Fires ravage French forests and other parts of Europe in the middle of a heat wave
PARIS — Challenged by high temperatures and strong winds, 1,000 firefighters and 10 water-dumping planes struggled Friday to contain two wildfires in the Bordeaux region of southwestern France that have forced the evacuation of 11,300 people and ravaged pine forests near the Atlantic coast.
The French wildfires were among several scorching different areas of Europe this week.
One of the French fires is in woodlands just south of the Atlantic resort town of Arcachon, a major attraction for visitors during the summer season. The other is in parkland not far from valleys dotted with vineyards that have struggled with hotter, drier weather than usual this year that authorities have linked to climate change.
More than 7,000 hectares of land have been consumed by the fires, according to the regional emergency service. As the fires stretched into a fourth day Friday, one was partially contained, it said, but warned that hotter temperatures and winds over the weekend could further complicate firefighting efforts.
"We are living through an exceptionally harsh (summer) season," French President Emmanuel Macron said Friday during a visit to the government crisis management center at the Interior Ministry in Paris. The number of French forests burnt in fires this year is already triple those destroyed in 2020, Macron said.
Some of the firefighting planes and equipment that were supposed to be displayed in Thursday's Bastille Day parade in Paris were diverted for use on the Bordeaux region fires. Wildfires also broke out in southeast France and north of Paris.
Portugalhas been particularly hard hit by wildfires this week. More than 3,000 firefighters battled alongside ordinary Portuguese citizens desperate to save their homes from several wildfires that raged across the country, fanned by extreme temperatures and drought conditions. The country's Civil Protection Agency said 10 fires were still raging Friday, with ones in the north causing the most concern.
Portuguese state television RTP reported Friday that the area burned this year has already exceeded the total for 2021. More than 30,000 hectares (74,000 acres) of land has been burned, it said, most in the past week.
Meanwhile, Portuguese authorities said a July national high of 47 degrees Celsius (117 Fahrenheit) was registered in the northern town of Pinhao on Wednesday, the hottest day of the year so far.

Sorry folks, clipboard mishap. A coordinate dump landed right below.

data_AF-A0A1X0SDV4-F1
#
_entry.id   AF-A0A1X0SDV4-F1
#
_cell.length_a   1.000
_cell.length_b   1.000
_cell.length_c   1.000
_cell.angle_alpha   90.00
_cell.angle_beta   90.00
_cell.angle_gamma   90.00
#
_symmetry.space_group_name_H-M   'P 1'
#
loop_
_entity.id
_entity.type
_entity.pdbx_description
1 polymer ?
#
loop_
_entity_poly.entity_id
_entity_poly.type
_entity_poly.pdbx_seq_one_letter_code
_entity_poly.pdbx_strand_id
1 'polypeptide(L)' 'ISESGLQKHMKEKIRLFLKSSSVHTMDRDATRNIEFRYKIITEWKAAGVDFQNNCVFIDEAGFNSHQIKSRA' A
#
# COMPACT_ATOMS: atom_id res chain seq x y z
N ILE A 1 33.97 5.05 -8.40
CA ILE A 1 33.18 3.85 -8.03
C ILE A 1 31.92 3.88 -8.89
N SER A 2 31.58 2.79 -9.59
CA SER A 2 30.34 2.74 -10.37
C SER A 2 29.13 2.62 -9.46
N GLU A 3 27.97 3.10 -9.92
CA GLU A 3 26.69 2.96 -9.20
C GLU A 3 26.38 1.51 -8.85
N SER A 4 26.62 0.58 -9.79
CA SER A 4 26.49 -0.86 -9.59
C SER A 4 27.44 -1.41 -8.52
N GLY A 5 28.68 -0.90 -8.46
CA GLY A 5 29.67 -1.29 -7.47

Spain, Croatia and Hungary have also fought wildfires this week. For a fifth day, firefighters in Spain were battling Friday to try to bring under control a fire started by a lightning strike in the west-central Las Hurdes area that has consumed about 5,500 hectares (13,600 acres).
Some 400 people from eight villages were evacuated late Thursday as the flames approached their houses and threatened to spread into the nearby Monfrague National Park.
The government said Friday that 17 fires across Spain kept firefighters busy. In northeastern Catalonia, authorities restricted access to several mountain areas to avoid possible fires.
The European Union has urged member states to prepare for wildfires this summer as the continent faces another extreme weather shift that scientists say is being triggered by climate change.
In the Spanish city of Seville, one of the hottest spots in Europe this week, some unions called for workers to be sent home. Temperatures in many parts of Spain have been topping the 40 C (104 F) mark for several days and are expected to keep doing so through next week.
Seville became the first city in the world to take part in a pilot project that names and categorizes heat waves in an effort to raise awareness of the health hazards caused by extreme heat and the precautions citizens should take.
"Climate-driven extreme heat is killing more people than any other of the climate-driven hazards. Heat is invisible, it is silent and it kills slowly, and people are not aware of it," said Kathy Baughman McLeod, director of the Arsht-Rockefeller Resilience Center of the Atlantic Council.
Britain's Met Office weather agency warned Friday that record temperatures expected next week pose a risk of "serious illness or danger to life."
The office issued its first-ever "red warning" of extreme heat for Monday and Tuesday, when temperatures in southern England are forecast to reach 37 Celsius (98.6 Fahrenheit). There is a chance that temperatures could breach the highest-ever recorded in the U.K. — 38.7C (101.7F), which was set in 2019.
The Met Office weather alert, which covers a big chunk of England from London up to Manchester, warns of danger to life, disruption to air and rail travel and potential "localized loss of power and other essential services, such as water or mobile phone services."
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